I learned some interesting things about puffins this morning. Lil Miss A informed me that her class read about puffins, and that puffins are very cute, and that puffins cannot take off in flight from the ground, they have to fall off something high to get started flying. She said that sometimes young puffins ("pufflings") get confused by city lights at nighttime and land in the middle of the city, then can't get airborn again, so school children get to go out at night ("their parents say it's okay") and gather up puffins, then take them back to the sea and free them. She said the children have to throw the pufflings into the air to get them to fly.

I was not surprised that my tender-hearted, animal-loving girl remembered all this and shared it; however, I was less impressed that this conversation took place in our kitchen at about 8:27 a.m. when she was supposed to have been at school for about 12 minutes already and still had no boots, snowpants, coat, gloves or hat on. *sigh*

It was Dawdling Day at our house. I do notice a pattern: When we are incredibly busy and I am preoccupied, she dawdles a lot more. I think it's a matter of her needing more attention from me and simply not doing much of anything until she gets it. I don't mean she does this on purpose. I just think it's the natural result of me not paying my usual close attention to her. This week has been slightly more chaotic than usual, with Barry ramping up his efforts to get into nursing school, Miss B trying to make decisions about which college to go to and working out interviews and physicals, et cetera, for Army ROTC, with tax season upon us and with me trying to turn over the treasurer's job. Plus last night Barry had fire school, Master K had youth Bible class, Miss A had Bible class at the Evangelical Free church and I had to get to her school conference, all pretty much simultaneously. It was a zoo. I know none of the kids got much eye contact from their mom yesterday.

Tuesday, January 20, 2009

Conversation with Lil Miss A

while walking to the post office together without mittens:

A:  Mom, here, hold my hand. I'll keep you warm.
(a block later)
M: Can't you put your hands in YOUR pockets and I'll put mine in MY pockets? I think we'll be warmer.
A: I can't. I don't have any pockets.
M: Yes, you do, right there on your coat.
A: Not EMPTY pockets.
M: Why? What do you have in your pockets?
A: Glasses and rocks.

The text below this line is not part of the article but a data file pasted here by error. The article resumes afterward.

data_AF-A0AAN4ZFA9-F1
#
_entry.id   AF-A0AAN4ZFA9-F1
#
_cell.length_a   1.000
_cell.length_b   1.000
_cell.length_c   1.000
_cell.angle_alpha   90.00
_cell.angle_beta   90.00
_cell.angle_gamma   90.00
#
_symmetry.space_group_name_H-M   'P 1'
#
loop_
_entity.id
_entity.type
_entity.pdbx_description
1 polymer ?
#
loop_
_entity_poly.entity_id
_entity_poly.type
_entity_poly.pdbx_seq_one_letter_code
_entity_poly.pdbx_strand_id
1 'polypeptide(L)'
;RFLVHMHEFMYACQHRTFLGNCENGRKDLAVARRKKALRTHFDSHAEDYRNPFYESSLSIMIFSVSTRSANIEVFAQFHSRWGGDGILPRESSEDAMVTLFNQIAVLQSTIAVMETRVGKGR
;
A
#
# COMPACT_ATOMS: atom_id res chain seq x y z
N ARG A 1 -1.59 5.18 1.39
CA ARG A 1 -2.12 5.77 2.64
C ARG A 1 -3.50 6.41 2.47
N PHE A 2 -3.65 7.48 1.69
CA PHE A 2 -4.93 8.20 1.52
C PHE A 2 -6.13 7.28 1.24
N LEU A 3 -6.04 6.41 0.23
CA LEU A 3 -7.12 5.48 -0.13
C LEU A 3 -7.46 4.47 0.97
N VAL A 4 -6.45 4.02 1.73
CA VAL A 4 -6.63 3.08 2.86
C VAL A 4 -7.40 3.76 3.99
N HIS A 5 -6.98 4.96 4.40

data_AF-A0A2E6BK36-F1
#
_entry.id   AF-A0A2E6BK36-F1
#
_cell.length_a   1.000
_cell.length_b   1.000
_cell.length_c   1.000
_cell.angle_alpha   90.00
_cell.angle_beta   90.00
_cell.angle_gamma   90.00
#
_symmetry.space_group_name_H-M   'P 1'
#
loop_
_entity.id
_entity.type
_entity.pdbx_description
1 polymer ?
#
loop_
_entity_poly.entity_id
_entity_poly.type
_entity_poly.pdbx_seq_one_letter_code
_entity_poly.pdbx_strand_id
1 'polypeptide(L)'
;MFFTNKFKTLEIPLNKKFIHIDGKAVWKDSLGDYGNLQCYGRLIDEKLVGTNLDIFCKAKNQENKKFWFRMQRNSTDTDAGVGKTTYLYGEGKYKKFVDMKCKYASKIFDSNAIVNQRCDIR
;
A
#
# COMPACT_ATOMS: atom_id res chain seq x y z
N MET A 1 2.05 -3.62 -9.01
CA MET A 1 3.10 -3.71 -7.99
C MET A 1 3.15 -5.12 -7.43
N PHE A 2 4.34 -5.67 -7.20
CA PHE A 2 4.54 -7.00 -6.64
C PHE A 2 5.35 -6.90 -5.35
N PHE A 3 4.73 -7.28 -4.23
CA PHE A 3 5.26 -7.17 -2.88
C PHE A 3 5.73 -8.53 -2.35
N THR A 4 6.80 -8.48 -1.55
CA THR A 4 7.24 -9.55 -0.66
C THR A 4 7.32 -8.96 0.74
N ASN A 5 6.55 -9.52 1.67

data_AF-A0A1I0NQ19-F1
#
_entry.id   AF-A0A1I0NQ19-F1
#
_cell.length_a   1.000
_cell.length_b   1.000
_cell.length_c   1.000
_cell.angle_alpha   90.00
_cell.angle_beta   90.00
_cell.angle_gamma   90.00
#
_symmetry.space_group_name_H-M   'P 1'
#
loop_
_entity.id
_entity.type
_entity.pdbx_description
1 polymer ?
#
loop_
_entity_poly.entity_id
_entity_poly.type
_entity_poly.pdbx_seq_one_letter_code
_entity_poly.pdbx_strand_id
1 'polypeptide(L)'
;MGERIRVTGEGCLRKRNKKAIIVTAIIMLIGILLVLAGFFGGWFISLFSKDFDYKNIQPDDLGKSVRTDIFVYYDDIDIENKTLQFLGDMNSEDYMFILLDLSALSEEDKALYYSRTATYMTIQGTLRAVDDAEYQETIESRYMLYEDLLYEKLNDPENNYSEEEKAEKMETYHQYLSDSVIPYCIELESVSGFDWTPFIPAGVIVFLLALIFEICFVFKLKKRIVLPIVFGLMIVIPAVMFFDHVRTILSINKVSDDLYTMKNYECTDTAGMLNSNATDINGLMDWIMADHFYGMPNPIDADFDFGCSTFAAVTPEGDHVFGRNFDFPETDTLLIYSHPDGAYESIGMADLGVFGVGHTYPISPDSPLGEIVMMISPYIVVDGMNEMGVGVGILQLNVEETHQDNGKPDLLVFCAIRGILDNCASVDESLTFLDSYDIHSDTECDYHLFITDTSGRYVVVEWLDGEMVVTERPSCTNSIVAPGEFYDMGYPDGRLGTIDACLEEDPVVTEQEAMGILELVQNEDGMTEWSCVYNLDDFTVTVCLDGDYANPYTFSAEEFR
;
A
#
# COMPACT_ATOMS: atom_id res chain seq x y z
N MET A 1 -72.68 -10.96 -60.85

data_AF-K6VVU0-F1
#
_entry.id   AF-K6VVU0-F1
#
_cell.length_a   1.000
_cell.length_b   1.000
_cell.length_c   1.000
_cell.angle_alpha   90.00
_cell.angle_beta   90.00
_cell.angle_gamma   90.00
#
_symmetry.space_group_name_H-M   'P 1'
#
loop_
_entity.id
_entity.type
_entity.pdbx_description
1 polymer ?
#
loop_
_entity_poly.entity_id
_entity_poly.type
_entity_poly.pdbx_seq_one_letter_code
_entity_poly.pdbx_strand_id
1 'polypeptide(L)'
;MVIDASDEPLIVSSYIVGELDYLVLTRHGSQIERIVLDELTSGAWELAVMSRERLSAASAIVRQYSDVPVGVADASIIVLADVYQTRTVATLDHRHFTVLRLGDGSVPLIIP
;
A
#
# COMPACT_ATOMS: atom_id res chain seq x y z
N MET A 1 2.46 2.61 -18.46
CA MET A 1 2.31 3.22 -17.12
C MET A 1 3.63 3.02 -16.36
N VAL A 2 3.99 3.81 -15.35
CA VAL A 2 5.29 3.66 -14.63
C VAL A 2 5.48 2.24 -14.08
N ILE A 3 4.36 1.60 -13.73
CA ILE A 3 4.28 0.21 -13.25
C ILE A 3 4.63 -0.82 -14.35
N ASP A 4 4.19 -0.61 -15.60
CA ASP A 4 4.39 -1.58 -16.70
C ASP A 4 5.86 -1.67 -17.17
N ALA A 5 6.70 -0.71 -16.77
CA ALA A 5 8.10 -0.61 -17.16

Friday, January 16, 2009

Thursday, January 15, 2009

Will these children ever get an education?

School is canceled for tomorrow already. The superintendent said it was because temperatures are supposed to be around -20 F at 9:00 a.m., and it is just too much of a risk to have possible exposures.

It is also kind of risky to leave bored children at home with a mom who is attempting to work full time from home, but I guess that's another matter entirely.

Star Wars: The Trilogy (as told by someone who has never seen the movies)

Star Wars: Retold (by someone who hasn't seen it) from Joe Nicolosi on Vimeo.

This is us:

Wednesday, January 14, 2009

College Savings Iowa

We have College Savings Iowa accounts for our children and also for our nieces and nephews, except for the one nephew with whom we have lost contact (Jake Stahl, if you're out there, we want to hear from you!), but I did not even think about opening one for Barry. I checked into it and we can do it. So I opened one yesterday, with enough money to pay tuition for the spring classes he's taking. It only has to be in the account long enough for the funds to clear, and then we can pull it out again for tuition and it becomes state income tax free. How cool is that?

Just pointing something out.

I may be older than my doctor, older than my children's teachers, older than my children's PRINCIPALS, but I am still younger than the President, and shall be for at least the next 4 years.

Monday, January 12, 2009

College News

Barry just got word that he is officially accepted to take classes through our local junior college! He had to take a math placement test, because he never took any math in college, but they accepted his college transcript in lieu of placement testing on the other subjects. He will start February 16th or 17th (the 17th if that's President's Day weekend, and I think it is) with 3 courses taught at Kee High School but for college credit with NEICC: The CNA course, plus Introduction to Psychology and Developmental Psychology. All 3 courses are in the mornings, so he will just go in for the mornings and come home for lunch. Then he is signed up for 3 more courses at the main campus in Calmar, Iowa, for the summer. I don't recall what all of them are but one is anatomy and physiology. I think there's another psych course too. By the time the fall semester comes around, he should have 18 credits under his belt! He has to be on the wait list for nursing school, and right now there is no room for him in the fall class. So that's the next thing to pray about: That he will quickly move up the wait list. Also he has already been approached by 1 of our neighbors and 2 of Britta's friends who all want to work out carpools to NEICC this summer and next fall! That will really help, too. Plus he gets to ride in a car full of cute girls.